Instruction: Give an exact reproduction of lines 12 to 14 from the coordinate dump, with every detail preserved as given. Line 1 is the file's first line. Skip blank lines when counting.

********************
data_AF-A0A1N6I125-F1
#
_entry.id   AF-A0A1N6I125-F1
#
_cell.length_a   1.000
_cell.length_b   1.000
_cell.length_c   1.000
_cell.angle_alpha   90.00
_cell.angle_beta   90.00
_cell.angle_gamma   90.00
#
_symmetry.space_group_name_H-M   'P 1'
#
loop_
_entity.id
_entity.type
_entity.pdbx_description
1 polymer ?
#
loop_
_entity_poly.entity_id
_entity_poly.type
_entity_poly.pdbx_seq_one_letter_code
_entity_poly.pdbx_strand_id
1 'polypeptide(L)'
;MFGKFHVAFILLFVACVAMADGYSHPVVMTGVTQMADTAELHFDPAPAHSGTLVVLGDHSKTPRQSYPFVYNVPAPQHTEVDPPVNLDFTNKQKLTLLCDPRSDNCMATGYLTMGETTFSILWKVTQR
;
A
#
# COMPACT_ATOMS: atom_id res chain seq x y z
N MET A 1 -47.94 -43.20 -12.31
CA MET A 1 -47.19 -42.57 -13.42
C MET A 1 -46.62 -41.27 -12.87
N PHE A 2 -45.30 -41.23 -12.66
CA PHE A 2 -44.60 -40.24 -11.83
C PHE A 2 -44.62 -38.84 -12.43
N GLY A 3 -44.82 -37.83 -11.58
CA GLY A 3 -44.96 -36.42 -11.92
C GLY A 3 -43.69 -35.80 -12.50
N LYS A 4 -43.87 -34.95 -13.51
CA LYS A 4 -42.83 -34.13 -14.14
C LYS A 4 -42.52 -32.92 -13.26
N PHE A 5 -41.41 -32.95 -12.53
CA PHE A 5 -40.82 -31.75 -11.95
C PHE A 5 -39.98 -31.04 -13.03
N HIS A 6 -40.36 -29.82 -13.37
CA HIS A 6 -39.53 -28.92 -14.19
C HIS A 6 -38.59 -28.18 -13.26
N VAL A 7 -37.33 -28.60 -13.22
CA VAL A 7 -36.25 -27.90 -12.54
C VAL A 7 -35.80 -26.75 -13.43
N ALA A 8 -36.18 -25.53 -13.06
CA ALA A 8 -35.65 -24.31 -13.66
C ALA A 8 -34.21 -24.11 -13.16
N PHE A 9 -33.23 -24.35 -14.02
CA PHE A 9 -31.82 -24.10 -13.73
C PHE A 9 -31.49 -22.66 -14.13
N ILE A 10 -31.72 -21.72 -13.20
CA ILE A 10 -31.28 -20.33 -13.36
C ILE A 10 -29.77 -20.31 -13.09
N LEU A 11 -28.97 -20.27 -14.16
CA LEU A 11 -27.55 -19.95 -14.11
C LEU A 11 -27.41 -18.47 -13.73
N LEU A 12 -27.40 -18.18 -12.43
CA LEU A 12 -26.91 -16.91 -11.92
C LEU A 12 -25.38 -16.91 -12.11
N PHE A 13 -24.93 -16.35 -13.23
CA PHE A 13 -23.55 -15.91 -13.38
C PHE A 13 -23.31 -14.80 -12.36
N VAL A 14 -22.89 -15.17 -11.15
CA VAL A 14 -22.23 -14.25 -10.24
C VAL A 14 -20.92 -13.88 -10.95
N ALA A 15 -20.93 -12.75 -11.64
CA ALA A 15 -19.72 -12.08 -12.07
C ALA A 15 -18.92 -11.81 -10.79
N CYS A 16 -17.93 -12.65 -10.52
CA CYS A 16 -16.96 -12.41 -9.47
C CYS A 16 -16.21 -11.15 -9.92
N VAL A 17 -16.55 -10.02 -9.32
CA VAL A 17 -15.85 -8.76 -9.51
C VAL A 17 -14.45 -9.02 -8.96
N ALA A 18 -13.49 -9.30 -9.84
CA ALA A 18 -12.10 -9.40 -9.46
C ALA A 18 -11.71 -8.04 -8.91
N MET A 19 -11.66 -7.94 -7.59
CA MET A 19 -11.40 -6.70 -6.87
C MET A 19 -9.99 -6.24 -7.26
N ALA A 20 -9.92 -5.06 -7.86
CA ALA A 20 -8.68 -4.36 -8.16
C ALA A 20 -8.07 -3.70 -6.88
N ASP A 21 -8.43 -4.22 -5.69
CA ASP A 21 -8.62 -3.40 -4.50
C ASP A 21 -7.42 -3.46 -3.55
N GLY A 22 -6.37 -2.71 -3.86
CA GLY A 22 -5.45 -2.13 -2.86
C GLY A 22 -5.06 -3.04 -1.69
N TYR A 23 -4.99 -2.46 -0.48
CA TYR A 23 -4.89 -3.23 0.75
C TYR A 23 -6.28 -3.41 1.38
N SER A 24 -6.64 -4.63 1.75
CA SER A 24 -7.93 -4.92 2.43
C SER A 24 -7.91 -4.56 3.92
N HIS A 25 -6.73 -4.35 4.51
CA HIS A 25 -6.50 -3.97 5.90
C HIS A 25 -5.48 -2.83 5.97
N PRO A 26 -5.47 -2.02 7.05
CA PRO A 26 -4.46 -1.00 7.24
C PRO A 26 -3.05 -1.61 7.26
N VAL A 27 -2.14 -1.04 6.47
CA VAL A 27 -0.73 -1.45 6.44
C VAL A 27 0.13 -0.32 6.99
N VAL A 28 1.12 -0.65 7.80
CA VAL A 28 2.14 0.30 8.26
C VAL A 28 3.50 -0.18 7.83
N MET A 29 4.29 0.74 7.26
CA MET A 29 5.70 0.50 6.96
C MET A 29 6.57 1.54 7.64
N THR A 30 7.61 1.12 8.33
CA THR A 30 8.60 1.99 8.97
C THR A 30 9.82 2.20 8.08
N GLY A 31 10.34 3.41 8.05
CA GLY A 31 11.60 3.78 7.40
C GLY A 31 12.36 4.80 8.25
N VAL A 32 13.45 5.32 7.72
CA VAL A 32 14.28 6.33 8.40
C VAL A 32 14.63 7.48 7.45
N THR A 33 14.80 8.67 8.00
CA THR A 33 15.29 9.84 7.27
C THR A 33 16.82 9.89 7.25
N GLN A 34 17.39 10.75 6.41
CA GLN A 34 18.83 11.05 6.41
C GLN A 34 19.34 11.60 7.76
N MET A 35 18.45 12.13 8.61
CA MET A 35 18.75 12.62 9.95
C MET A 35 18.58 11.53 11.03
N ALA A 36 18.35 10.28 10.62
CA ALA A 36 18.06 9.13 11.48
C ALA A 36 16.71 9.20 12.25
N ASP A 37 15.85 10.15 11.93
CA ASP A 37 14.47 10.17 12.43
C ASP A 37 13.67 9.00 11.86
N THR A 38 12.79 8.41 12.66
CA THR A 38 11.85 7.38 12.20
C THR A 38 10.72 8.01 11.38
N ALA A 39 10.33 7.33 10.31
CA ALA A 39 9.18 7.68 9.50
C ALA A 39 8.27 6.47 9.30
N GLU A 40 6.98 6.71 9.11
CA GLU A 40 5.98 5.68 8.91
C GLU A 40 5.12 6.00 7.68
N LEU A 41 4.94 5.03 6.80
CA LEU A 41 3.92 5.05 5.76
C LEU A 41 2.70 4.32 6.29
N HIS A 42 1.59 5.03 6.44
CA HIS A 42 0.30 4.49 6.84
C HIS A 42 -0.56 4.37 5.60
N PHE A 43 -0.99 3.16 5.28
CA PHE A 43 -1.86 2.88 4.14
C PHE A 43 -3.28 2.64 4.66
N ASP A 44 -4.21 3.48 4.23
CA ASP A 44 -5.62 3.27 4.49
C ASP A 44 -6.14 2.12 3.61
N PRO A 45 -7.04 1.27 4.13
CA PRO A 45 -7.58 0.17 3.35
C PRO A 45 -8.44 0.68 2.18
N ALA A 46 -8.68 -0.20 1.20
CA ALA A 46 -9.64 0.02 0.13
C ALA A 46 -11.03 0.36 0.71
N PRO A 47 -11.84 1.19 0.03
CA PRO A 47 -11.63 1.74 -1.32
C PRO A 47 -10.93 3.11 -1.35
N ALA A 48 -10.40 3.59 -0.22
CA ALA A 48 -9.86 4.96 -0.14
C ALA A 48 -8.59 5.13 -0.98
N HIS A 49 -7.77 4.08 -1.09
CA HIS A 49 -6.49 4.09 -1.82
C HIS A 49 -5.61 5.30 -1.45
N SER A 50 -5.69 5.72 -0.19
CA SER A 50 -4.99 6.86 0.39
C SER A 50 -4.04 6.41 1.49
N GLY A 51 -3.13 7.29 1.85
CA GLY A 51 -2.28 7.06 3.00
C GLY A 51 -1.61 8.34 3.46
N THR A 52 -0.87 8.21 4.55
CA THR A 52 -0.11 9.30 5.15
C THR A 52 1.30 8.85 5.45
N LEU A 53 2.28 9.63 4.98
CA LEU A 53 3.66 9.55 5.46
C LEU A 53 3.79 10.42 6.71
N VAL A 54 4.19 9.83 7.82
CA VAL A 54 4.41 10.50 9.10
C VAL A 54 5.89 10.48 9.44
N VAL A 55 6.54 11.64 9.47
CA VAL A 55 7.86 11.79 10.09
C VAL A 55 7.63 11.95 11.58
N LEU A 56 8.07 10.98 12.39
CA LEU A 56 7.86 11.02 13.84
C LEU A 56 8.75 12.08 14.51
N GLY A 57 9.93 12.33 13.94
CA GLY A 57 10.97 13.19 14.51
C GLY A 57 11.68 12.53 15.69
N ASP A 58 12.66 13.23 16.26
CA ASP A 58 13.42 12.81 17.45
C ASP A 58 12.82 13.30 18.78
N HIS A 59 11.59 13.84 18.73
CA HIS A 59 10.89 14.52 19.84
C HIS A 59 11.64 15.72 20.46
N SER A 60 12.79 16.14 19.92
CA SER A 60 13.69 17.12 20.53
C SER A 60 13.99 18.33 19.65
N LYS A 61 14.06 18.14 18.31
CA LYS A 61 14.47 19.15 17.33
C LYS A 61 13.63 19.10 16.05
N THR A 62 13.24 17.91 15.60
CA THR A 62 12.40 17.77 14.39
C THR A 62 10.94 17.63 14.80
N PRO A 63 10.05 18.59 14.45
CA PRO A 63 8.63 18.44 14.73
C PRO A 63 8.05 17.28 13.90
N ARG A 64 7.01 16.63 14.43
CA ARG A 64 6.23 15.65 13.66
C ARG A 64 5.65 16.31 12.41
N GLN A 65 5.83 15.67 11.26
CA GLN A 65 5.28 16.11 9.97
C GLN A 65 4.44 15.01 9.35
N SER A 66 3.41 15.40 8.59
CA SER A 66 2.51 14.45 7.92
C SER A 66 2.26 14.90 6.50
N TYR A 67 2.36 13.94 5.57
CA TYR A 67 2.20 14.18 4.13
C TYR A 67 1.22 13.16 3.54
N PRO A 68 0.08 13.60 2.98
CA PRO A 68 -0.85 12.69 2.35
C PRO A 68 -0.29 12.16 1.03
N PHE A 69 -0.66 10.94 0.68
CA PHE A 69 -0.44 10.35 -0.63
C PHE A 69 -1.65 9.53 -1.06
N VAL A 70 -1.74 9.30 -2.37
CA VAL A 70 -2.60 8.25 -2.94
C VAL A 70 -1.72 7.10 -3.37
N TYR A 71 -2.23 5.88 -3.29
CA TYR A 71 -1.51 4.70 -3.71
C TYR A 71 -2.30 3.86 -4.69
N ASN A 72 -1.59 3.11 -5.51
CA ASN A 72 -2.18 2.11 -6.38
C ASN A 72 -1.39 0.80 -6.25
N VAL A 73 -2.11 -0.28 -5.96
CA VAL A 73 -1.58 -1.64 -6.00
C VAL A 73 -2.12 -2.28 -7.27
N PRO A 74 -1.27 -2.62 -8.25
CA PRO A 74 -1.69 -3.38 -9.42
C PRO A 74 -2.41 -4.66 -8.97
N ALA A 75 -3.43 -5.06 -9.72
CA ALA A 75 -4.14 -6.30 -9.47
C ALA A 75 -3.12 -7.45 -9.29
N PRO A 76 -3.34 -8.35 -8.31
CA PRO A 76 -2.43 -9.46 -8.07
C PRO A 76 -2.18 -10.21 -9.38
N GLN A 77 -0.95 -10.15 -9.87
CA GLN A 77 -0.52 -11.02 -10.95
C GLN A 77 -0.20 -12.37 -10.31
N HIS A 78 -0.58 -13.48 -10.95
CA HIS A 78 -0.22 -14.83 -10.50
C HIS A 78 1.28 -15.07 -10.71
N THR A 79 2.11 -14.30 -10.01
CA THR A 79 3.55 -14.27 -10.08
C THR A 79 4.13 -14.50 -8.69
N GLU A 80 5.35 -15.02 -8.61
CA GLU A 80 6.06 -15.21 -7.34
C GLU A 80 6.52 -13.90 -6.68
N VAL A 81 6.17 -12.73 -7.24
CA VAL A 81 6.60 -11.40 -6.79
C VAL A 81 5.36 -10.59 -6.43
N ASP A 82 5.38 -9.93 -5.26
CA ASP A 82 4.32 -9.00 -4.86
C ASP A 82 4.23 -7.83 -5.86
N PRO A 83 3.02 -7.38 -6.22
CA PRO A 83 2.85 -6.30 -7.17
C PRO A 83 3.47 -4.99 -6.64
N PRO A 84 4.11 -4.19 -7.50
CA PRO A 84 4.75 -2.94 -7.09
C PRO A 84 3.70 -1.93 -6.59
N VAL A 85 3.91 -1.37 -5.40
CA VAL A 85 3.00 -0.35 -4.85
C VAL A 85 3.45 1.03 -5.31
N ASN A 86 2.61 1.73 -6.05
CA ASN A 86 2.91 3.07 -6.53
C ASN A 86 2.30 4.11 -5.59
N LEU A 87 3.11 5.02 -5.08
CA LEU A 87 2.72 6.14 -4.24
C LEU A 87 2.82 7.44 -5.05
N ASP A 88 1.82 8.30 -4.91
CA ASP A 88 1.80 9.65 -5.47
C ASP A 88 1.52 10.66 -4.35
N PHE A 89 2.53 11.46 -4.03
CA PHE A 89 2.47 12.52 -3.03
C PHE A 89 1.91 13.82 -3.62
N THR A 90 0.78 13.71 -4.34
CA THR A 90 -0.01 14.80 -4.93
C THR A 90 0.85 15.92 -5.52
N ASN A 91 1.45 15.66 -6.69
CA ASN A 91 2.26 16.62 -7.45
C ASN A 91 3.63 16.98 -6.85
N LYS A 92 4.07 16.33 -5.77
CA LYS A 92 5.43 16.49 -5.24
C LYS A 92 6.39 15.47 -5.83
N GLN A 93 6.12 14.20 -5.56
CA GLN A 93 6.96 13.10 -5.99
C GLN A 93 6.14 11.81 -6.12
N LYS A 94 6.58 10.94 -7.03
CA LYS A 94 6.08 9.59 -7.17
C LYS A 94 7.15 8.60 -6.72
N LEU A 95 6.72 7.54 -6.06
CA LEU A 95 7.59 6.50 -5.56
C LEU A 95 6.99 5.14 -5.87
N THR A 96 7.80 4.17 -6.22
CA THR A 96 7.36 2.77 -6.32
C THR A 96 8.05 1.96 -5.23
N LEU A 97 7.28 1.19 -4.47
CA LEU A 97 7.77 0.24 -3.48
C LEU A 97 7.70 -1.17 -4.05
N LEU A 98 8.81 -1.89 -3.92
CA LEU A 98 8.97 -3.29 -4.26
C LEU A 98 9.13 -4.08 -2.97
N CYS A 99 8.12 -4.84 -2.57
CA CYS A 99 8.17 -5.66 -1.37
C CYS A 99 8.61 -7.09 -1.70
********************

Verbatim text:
_symmetry.space_group_name_H-M   'P 1'
#
loop_